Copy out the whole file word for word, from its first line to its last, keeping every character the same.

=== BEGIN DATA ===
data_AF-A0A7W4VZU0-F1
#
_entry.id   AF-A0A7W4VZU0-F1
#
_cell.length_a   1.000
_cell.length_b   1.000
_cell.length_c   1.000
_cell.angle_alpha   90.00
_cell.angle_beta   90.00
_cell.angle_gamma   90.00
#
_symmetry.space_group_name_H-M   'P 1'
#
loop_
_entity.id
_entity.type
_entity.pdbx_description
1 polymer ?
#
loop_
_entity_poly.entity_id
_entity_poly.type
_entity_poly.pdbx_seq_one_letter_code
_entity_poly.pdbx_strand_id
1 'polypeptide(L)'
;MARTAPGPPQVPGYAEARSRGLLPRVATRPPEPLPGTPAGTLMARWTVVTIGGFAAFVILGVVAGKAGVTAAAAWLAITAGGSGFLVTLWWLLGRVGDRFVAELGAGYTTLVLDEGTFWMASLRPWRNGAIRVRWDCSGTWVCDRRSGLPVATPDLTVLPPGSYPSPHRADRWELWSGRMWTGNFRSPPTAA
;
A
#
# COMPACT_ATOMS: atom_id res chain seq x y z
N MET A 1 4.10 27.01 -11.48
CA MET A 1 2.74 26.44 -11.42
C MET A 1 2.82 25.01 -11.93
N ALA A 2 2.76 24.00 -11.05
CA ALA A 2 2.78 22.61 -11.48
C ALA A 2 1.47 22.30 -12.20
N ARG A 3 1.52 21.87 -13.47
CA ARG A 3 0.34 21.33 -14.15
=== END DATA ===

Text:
data_AF-A0A7W4VZU0-F1
#
_entry.id   AF-A0A7W4VZU0-F1
#
_cell.length_a   1.000
_cell.length_b   1.000
_cell.length_c   1.000
_cell.angle_alpha   90.00
_cell.angle_beta   90.00
_cell.angle_gamma   90.00
#
_symmetry.space_group_name_H-M   'P 1'
#
loop_
_entity.id
_entity.type
_entity.pdbx_description
1 polymer ?
#
loop_
_entity_poly.entity_id
_entity_poly.type
_entity_poly.pdbx_seq_one_letter_code
_entity_poly.pdbx_strand_id
1 'polypeptide(L)'
;MARTAPGPPQVPGYAEARSRGLLPRVATRPPEPLPGTPAGTLMARWTVVTIGGFAAFVILGVVAGKAGVTAAAAWLAITAGGSGFLVTLWWLLGRVGDRFVAELGAGYTTLVLDEGTFWMASLRPWRNGAIRVRWDCSGTWVCDRRSGLPVATPDLTVLPPGSYPSPHRADRWELWSGRMWTGNFRSPPTAA
;
A
#
# COMPACT_ATOMS: atom_id res chain seq x y z
N MET A 1 4.10 27.01 -11.48
CA MET A 1 2.74 26.44 -11.42
C MET A 1 2.82 25.01 -11.93
N ALA A 2 2.76 24.00 -11.05
CA ALA A 2 2.78 22.61 -11.48
C ALA A 2 1.47 22.30 -12.20
N ARG A 3 1.52 21.87 -13.47
CA ARG A 3 0.34 21.33 -14.15